Clear warnings from Congress: Microsoft’s planned technology transfer to the United Arab Emirates could endanger US national security.

The tech giant Microsoft is heading towards a possible technology transfer to the United Arab Emirates (UAE). As top executive Brad Smith confirmed to Reuters, a deal with UAE-backed AI firm G42 could eventually lead to the shift of advanced chips and tools. This unprecedented move was cited by a senior Republican congressman as a potential threat to U.S. national security.

Smith told Reuters that the sale agreement, details of which are being reported for the first time, could move to a second phase. This would include the export of crucial components of AI technology, such as model weights. Model weights are at the heart of AI systems that determine their performance. However, according to Smith, there is not yet a fixed schedule for the second phase.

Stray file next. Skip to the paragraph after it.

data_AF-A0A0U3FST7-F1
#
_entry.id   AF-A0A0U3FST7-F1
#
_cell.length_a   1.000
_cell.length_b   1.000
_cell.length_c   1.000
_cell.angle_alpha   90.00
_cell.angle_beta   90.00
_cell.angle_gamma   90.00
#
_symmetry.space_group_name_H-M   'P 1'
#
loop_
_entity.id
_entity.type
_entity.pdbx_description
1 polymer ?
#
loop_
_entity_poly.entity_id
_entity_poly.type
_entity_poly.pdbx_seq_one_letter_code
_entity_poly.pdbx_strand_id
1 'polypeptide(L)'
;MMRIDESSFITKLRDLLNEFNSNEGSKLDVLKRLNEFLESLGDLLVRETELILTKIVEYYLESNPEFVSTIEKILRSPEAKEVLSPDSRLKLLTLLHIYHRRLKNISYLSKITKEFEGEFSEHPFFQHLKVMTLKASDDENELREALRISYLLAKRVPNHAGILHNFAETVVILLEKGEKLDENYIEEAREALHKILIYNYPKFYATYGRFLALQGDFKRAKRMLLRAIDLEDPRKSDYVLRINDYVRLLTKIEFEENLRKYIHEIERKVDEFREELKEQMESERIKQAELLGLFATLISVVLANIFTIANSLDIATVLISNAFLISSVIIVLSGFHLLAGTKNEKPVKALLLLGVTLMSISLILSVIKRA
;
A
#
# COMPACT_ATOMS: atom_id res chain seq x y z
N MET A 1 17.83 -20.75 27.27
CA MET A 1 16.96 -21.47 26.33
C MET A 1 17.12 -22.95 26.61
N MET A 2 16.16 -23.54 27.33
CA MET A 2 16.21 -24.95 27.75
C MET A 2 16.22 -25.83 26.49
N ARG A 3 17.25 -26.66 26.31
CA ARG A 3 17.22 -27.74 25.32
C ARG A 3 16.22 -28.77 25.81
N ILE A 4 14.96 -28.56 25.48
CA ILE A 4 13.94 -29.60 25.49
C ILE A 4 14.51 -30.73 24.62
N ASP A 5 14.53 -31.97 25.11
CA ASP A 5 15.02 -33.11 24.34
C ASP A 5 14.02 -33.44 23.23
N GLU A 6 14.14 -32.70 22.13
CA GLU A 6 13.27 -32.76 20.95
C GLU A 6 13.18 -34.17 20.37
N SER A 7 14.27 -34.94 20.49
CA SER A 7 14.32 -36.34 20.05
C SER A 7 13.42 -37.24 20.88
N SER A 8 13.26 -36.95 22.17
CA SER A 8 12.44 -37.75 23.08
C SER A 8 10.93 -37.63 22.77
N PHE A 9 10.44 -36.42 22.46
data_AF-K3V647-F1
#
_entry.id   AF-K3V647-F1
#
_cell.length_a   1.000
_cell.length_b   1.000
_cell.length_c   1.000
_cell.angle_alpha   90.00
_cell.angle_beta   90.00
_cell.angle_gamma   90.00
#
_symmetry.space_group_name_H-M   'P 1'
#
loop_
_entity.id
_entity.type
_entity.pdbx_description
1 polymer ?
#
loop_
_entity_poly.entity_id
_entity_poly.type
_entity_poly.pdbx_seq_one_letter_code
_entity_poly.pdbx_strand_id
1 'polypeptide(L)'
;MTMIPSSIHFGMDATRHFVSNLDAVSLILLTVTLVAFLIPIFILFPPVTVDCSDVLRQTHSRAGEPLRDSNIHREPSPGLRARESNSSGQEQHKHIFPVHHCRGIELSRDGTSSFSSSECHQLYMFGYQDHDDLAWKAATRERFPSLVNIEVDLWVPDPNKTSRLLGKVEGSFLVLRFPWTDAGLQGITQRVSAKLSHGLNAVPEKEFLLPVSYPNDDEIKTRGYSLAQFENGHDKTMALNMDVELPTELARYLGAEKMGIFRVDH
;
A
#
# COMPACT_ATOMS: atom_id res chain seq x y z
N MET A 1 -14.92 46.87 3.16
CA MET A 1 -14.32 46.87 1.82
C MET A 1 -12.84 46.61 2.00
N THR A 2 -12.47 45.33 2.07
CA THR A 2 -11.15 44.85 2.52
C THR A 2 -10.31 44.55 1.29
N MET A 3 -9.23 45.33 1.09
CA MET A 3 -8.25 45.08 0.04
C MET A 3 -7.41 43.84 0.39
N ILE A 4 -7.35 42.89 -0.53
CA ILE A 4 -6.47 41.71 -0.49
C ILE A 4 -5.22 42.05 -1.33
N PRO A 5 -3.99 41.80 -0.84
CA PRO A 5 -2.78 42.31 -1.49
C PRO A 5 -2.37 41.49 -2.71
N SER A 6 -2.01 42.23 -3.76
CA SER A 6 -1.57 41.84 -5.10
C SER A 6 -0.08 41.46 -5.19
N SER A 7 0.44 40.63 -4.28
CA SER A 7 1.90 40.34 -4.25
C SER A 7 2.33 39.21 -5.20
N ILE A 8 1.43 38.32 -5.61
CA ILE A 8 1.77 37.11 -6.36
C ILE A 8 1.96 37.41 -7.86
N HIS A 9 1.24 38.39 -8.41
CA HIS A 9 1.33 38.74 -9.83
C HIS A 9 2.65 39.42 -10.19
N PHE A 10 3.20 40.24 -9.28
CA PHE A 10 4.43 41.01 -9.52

The U.S. government has repeatedly highlighted potential dangers posed by AI systems, particularly in relation to facilitating the production of chemical, biological and nuclear weapons. In this context, the Biden administration called on manufacturers of large AI systems in October to provide details about these systems to the US government.

The approval of the US Department of Commerce would be required for the agreement to proceed. Microsoft executives asserted that the agreement contains safeguards to protect Microsoft technology. There are also safeguards to prevent Chinese actors from optimizing the AI ​​systems for their purposes. These measures are not yet publicly known and some US authorities question whether they provide enough protection.

Michael McCaul, the Republican chairman of the US House Foreign Affairs Committee, expressed his concerns to Reuters. He said: “I am concerned that the necessary safeguards are not in place to protect sensitive technology of US origin from Chinese espionage.” This is “given the (Chinese Communist Party’s) interest in the UAE.”